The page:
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Discriminated against as a Christian, student alleges again

The legal case which put the freedom of secular university instructors and students to question Judeo-Christian morality without facing a lawsuit for discriminating against Christians is returning to BC’s courts.

Cynthia Maughan, now 49, sued University of BC (UBC) in November 2002 after she unsuccessfully appealed the B-minus mark she received in English professor Lorraine Weir’s transgressive literature class.

Maughan, who identifies as Anglican, sued the university for allegedly discriminating against her as a Christian and subjecting her to hatred and contempt in its graduate English department. She named four teachers, including Weir, in the suit.

Maughan’s statement of claim focused on several incidents, including a three-year-old email exchange between herself and another graduate student in the department.

The student had been discussing then-Canadian Alliance leader Stockwell Day and his views on abortion and homosexuality. “How is it I owe respect to an individual who so obviously [has] no respect for huge elements of our society?” the student wrote. “Screw respect. He makes me recall fondly a time-period when Christians were stoned.”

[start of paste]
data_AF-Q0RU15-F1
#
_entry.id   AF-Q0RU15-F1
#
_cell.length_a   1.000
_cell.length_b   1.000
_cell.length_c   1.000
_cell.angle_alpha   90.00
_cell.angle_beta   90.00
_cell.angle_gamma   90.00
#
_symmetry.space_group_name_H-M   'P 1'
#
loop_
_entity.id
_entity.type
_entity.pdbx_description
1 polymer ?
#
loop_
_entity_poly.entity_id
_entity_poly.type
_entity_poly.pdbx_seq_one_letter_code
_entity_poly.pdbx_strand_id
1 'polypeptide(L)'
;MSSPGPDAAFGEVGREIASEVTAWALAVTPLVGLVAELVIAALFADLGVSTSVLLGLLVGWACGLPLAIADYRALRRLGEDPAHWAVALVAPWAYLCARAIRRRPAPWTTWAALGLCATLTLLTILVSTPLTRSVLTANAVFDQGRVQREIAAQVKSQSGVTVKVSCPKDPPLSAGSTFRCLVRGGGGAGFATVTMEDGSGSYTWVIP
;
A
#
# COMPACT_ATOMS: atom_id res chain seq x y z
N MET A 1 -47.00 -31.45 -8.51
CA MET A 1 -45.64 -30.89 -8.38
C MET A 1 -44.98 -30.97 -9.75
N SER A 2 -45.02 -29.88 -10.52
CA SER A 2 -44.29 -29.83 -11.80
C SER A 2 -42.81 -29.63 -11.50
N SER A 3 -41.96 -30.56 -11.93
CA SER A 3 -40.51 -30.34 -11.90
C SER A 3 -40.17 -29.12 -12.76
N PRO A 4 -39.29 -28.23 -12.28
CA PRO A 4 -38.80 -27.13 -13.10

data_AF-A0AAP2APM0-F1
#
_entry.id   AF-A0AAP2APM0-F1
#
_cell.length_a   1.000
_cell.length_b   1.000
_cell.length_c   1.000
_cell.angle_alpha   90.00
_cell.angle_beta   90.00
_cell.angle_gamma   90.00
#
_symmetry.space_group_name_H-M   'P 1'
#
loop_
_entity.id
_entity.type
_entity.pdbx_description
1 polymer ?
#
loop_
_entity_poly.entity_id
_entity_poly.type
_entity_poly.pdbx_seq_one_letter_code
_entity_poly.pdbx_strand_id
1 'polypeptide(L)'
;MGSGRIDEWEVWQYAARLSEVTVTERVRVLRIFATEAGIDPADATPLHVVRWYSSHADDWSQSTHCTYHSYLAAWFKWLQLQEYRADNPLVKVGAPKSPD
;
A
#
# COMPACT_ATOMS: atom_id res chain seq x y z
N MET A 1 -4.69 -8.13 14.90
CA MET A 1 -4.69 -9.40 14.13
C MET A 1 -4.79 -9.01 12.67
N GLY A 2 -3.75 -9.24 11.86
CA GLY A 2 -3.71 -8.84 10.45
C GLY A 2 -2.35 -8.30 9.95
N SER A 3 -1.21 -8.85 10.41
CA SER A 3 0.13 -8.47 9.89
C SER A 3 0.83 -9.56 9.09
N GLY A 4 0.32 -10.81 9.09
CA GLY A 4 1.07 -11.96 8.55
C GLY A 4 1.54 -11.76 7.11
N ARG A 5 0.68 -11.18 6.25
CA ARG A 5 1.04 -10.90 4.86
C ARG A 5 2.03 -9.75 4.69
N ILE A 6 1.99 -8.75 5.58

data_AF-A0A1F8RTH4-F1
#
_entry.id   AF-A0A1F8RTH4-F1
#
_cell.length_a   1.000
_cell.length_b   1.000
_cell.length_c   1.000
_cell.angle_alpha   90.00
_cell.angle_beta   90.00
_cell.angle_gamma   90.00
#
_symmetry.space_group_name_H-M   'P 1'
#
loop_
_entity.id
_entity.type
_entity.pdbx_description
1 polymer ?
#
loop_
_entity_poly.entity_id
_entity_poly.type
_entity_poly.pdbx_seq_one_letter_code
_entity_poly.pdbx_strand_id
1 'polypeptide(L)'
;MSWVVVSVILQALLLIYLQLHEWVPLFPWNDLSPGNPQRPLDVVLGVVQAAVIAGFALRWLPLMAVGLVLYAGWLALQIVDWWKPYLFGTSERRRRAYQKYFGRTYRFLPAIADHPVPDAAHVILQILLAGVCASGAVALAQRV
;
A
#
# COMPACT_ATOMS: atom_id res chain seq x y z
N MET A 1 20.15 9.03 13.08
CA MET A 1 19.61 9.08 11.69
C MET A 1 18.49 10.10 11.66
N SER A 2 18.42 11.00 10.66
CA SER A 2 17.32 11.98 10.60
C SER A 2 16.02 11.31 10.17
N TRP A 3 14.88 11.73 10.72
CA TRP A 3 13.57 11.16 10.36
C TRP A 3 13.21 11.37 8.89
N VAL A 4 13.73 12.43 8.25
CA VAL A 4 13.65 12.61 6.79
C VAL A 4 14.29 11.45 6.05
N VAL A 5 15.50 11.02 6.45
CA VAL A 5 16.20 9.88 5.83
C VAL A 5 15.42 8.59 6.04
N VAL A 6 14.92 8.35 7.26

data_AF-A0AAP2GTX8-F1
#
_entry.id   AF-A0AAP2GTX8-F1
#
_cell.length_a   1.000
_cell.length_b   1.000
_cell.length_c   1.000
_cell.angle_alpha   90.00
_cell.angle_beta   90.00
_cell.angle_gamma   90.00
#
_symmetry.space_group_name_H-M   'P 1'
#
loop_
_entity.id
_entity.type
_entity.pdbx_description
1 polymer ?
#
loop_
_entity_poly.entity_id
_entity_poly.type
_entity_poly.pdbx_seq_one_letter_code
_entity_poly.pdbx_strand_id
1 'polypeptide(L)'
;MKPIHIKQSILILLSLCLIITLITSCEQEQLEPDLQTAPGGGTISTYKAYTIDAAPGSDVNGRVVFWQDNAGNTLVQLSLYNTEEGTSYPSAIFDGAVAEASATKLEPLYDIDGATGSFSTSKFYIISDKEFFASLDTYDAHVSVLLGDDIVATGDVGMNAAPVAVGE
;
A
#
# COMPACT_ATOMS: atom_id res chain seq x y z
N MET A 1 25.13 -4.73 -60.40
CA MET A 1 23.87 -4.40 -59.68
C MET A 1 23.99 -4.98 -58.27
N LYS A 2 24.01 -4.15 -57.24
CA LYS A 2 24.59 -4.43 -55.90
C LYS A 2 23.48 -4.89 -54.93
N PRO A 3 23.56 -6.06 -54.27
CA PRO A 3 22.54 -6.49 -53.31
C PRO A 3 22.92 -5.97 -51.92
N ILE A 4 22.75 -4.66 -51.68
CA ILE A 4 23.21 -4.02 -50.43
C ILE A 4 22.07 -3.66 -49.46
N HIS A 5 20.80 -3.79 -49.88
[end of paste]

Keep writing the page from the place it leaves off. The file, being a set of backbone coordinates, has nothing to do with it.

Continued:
Maughan alleged that that statement subjected her, as a Christian, to hatred and contempt.

She also said she missed out on at least one opportunity to further her understanding of the course material because Weir decided, along with the rest of the class, to hold an extra seminar on a Sunday. Maughan objected, saying the Sunday is her sabbath.

Her lawyer later admitted to reporters that Maughan had not regularly attended church in some time.

Maughan sought $18 million in damages from the university.

A BC Supreme Court judge rejected her arguments saying there was no evidence anyone had attempted to interfere with Maughan’s civil rights.

“This is a case which in the final analysis fails because it relies on speculation, innuendo and conjecture,” wrote Justice Austin Cullen in dismissing the case in January 2008.

Maughan also claimed Weir had been negligent in discussing the case with Xtra West.

The court held Weir had a “right and duty to respond robustly to allegations made against her in the public forum.”

Maughan is appealing Justice Cullen’s decision to dismiss her case. The case now awaits responses by August from the teachers and UBC.